It would be unfair to review Singin’ in the Rain as if it were a normal movie with conventional parts and pieces like a story and character development. The plot of this movie is just a threadbare skeleton on which to hang some of the best musical numbers committed to film and, by itself, would seem thin as the basis of a 22-minute sitcom. You don’t even have to follow the plot in order to enjoy the musical interludes, either, since they have very little to do with each other. Virtually none of the songs were written for the project, but were existing tunes simply incorporated, very loosely, into the narrative.
The story takes place in 1927, the beginning of the end for silent movies. Don Lockwood (Gene Kelley) and Lina Lamont (Jean Hagen) are the leading couple in Hollywood. Accord to the gossip columns, they’re also madly in love with each other. In truth, Don “would rather kiss a tarantula” and instead loves Kathy Selden (Debbie Reynolds), a dancer he met after the release of his last picture with Lina, who thinks Don loves her because, well, the gossip columns say so.
As they’re launching their next silent movie, The Jazz Singer opens and makes silent pictures obsolete overnight. Don and Lina have to start making talkies. The problem is simple: Lina has a voice like fingernails on a chalkboard. Her personality? Well, let’s just say that fingernails on a blackboard would be a big improvement in that department.
Don’s friend Cosmo (Donald O’Connor) has an idea. Let Kathy dub the speaking and singing for Lina. Unfortunately for Kathy, the idea is so successful that she finds herself stuck in the role of Lina’s voice, unable to take credit for her own talent.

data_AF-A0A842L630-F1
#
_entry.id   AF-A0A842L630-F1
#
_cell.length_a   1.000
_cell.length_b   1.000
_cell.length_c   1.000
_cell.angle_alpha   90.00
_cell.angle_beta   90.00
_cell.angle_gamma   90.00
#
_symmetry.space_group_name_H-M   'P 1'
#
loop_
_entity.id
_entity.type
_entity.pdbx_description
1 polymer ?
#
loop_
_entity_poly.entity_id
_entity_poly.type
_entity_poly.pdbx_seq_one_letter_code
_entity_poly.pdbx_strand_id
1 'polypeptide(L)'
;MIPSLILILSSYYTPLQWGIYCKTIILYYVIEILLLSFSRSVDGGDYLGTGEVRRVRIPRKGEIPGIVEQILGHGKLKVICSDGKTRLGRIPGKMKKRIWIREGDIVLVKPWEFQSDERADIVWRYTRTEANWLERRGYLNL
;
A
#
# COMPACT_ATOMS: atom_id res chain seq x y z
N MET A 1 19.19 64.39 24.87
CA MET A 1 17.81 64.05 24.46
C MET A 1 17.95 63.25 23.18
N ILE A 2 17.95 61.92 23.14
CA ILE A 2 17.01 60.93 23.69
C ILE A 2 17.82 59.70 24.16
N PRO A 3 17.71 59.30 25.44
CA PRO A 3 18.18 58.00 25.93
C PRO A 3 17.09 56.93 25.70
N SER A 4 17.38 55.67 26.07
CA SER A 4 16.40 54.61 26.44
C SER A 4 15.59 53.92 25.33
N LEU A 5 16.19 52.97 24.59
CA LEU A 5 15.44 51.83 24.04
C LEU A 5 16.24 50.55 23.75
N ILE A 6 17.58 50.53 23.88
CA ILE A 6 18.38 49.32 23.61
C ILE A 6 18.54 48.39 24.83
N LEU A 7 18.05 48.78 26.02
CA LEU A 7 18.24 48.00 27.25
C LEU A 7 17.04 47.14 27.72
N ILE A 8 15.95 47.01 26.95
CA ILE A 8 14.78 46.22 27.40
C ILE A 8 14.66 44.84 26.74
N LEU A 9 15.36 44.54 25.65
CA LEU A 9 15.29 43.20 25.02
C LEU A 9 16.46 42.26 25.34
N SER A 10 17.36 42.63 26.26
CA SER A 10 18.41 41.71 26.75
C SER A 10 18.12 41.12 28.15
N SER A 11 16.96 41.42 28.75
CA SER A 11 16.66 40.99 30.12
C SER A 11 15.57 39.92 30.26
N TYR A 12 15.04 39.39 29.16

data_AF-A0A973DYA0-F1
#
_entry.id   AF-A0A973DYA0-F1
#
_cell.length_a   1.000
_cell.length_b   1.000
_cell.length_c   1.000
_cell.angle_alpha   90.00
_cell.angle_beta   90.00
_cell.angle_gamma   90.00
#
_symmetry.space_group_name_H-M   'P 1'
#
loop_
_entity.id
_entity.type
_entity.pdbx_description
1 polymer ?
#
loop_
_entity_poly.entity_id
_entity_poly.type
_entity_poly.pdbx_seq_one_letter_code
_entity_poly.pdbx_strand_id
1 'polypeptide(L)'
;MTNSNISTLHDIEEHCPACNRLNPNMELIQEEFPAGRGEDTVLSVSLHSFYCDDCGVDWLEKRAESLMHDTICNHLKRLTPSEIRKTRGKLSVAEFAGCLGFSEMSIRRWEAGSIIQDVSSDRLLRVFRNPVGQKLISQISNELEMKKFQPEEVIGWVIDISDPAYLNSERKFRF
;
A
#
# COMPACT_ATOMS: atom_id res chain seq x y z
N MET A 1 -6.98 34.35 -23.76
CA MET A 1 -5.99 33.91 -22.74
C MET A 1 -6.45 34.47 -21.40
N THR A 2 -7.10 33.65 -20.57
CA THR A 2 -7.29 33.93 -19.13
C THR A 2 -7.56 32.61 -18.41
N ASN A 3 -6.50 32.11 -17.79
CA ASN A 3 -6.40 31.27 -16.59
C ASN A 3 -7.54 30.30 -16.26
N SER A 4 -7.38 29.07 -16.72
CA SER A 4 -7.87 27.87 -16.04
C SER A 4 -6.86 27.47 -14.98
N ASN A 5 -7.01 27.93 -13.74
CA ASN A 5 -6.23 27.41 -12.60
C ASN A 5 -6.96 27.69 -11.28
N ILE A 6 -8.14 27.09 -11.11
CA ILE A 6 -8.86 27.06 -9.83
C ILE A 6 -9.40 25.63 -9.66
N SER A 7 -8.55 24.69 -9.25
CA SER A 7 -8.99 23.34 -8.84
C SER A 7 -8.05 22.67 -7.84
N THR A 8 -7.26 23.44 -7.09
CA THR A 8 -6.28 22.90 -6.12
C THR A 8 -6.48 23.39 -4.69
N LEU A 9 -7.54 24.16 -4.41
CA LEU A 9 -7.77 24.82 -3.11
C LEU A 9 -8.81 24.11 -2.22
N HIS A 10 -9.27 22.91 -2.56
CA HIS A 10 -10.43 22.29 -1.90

That’s it in a nutshell, and I didn’t leave a lot out. As I said, the story of Singin’ in the Rain is nothing more than flimsy connecting tissue between truly eye-popping musical numbers that have even less to do with a cohesive narrative than they do with Middle Eastern foreign policy. It’s sort of the same formula as the late-night “Skinemax” movies, only better acted with music and dancing instead of nudity and sex.
The musical numbers themselves, “Make ‘Em Laugh”, “Moses Supposes”, “Good Morning” and, of course, “Singin’ in the Rain” stand by themselves and are a joy to behold. The sheer energy and grace that Kelly, O’Connor and Reynolds display ought to win over anyone, even if you hate musicals with a white-hot passion. Gene Kelley’s leading man looks, deft comic touch and athleticism are put to maximum use. Debbie Reynolds, who didn’t even dance before taking this role, more than holds her own next to the man who was, along with Fred Astaire, the dean of the American Musical.
So, if you need a break from Tarantino excess or Bergman-esque introspection, Singin’ in the Rain is the perfect antidote for the 21th century.